That’s true, dear reader! And what an astute observation from all the years of hearing me rant. I really do feel heard. 😊

Inflammation is not actually the problem. Inflammation is your body healing itself. Scrape on your Elbow (from Forearmstand Jumps)? Inflammation saved the day. Tears in Meniscus? That Knee is swollen because your body is trying to heal it with inflammation e(while you’re still using it). Most of us relate to inflammation like the aftermath of a burn, literally to be in-flamed. Being burned is bad, but without inflammation, you’d die. Pretty quickly actually.

Just like stress, it’s the chronic- part that gets us into trouble.

So, you strain your back, and the swelling from the injury is keeping you in bed? Dose on some Advil and notice how much better you feel.

Waking up hungover from enchiladas last night? Dose on some Advil and notice how much better you feel.

Finger joints feeling terrible from Label Guard work in Jiu Jitsu? Dose on some Advil and notice how much better you feel.

But DOMS is different. With DOMS, you’ve earned a special kind of soreness that I recommend you see all the way through without taking anti-inflammatory drugs to deal with. That hobbled walk? That’s you getting stronger next week, my friend. You’ve worked hard for that, so don’t rob your body of the hyper-compensatory response.

In 2016, I spent 9 months training to inline skate in the 3 marathons in Europe. One went up and down 3 mountains in Spain. That entire time, my legs hurt so much that I basically didn’t sleep well the entire time. I would roller or shake my legs out all night like a double case of restless leg syndrome. I once did a workout so novel and hard, I was ice-bathing my legs 3 weeks later from the unbearable discomfort. From one workout.

“Andrew, how do you get your legs strong?” Good question. See above, then duplicate every year for decades.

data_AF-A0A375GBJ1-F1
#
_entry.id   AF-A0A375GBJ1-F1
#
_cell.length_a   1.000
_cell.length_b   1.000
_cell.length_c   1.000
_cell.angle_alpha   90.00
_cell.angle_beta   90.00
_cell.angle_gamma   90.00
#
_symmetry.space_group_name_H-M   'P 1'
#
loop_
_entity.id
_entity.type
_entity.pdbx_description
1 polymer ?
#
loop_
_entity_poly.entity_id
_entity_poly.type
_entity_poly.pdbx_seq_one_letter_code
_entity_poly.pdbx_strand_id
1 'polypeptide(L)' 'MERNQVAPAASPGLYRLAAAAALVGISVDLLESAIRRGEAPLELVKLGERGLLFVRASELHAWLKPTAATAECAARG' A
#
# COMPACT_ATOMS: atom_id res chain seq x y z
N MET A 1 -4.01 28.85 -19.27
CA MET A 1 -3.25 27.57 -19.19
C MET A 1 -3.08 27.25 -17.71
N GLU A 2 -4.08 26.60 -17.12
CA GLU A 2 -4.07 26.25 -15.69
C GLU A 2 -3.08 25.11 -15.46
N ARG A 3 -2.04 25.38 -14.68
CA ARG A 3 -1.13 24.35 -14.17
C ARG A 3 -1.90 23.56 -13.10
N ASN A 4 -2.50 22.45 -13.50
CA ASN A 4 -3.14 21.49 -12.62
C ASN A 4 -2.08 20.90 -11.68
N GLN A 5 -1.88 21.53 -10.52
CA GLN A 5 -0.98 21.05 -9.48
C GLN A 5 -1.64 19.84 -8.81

If you suspect you’re sore from a thing you did, let yourself be sore. It sucks, yes. But your body is a miracle factory, and you’ve simply ordered an increase in awesomeness, and the delivery method is DOMS.

Training Frequency

Every discipline requires different things with the body, and most people don’t care about anything other than just moving around pain-free until they die. I love both goals and it turns out, my advice is about the same.

Normal People

Make yourself sore 1-2 times a month. How you do it doesn’t matter. Disciplines like Yoga Better keep you safe while challenging your body’s limits. If you get hurt then you are even less functional than you would have been, i.e., the opposite of why you worked out in the first place.

Crazy People

If you’ve ever been to my Level 3 classes, you fall into this category. For you, I would measure soreness against specific goals.

Want to run a marathon? Rock climb 5.12? Balance in a Handstand?

Knowing this about yourself will guide the workout/recovery timing and there is no one way to do it. Our style helps you become more sensitive to how you feel which will keep you un-injured longer, but, just like salting food, you have to judge soreness frequency by taste.

In general, in your peak training periods (maybe 3-6 months before an event) you are safe to be sore every minute of every day. As you get closer, spacing the soreness intervals out, with longer periods of much lower intensity seems to work for pros and schmos alike.


I hope you’ve enjoyed my foray. If you want more art-tickles on particular subjects, lemme know.

Big Love,

[1] that would very much not be the case, as I weigh 50+ pounds more than this guy, making me impressively slower.